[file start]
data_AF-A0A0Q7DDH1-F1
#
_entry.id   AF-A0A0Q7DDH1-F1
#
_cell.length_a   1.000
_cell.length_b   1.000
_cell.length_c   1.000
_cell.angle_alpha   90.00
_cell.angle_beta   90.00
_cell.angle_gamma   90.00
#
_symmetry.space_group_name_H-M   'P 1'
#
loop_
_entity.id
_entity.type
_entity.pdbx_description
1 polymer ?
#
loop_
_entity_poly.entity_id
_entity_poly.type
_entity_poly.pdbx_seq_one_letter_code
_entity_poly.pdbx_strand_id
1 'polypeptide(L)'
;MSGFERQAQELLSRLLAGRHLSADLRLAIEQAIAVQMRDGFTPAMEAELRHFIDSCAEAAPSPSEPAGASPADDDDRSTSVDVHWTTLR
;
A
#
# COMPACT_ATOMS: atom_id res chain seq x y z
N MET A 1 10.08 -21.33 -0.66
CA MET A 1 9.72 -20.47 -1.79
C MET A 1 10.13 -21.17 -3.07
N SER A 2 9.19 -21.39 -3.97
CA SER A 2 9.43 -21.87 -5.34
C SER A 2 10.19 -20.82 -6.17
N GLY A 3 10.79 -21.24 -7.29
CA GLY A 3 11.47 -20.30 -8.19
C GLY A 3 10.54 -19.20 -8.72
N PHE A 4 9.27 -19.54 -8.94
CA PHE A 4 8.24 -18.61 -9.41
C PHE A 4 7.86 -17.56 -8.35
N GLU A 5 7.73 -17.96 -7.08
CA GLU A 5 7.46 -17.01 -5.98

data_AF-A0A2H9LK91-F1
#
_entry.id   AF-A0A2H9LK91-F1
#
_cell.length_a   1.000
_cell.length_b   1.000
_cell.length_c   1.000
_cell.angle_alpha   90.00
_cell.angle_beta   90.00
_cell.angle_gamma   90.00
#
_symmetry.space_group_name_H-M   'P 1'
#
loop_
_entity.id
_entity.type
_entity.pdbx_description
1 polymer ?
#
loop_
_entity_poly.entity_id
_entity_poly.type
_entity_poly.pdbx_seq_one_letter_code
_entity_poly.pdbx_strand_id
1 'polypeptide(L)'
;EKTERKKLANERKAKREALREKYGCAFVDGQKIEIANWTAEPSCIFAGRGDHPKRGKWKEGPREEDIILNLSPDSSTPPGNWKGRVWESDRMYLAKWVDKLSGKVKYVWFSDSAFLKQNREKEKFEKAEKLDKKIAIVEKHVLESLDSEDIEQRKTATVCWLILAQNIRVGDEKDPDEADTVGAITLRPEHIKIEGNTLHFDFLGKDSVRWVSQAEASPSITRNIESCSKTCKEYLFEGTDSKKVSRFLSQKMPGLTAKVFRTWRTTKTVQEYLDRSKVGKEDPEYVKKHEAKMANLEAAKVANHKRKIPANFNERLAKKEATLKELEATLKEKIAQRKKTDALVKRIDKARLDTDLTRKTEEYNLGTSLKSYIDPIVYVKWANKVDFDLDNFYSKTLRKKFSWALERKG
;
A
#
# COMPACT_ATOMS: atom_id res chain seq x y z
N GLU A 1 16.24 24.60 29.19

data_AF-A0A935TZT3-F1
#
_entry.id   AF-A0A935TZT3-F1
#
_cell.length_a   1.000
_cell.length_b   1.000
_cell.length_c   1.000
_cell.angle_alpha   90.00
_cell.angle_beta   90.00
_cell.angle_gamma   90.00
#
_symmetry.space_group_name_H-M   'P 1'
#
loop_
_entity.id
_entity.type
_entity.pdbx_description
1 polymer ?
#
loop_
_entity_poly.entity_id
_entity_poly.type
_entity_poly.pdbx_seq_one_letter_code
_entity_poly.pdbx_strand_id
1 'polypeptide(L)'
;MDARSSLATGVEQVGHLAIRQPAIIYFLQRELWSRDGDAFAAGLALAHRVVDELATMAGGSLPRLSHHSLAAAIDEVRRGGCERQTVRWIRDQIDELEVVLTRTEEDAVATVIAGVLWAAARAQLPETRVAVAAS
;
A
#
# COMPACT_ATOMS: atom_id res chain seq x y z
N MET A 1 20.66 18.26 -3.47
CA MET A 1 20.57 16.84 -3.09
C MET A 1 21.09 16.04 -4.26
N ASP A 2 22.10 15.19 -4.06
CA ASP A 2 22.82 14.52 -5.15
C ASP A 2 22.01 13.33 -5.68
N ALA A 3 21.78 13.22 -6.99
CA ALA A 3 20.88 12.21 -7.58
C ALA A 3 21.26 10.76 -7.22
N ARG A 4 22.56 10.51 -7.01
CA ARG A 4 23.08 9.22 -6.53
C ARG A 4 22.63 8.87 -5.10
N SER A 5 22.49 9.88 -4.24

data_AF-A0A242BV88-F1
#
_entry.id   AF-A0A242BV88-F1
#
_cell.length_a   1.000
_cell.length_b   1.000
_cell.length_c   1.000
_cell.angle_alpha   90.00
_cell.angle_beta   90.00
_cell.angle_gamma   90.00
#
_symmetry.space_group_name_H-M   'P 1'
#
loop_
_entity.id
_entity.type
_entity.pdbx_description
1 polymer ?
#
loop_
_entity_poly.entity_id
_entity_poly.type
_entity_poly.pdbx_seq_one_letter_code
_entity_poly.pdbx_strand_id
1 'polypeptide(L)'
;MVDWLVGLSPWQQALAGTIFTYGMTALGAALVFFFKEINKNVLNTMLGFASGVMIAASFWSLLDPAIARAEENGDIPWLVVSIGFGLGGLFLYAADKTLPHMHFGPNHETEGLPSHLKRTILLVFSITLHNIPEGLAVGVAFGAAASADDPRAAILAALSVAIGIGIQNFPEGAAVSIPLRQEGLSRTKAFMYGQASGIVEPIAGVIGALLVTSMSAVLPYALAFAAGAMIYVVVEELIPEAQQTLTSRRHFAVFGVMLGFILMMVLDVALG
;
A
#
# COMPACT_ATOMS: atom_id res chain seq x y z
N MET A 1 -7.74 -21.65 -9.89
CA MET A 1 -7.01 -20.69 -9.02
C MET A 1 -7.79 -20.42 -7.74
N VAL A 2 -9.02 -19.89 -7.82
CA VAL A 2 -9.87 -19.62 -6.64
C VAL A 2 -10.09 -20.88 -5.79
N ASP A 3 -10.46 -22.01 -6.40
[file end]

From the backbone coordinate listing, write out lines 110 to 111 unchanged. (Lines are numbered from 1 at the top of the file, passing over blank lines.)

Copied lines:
CA ASP A 2 22.82 14.52 -5.15
C ASP A 2 22.01 13.33 -5.68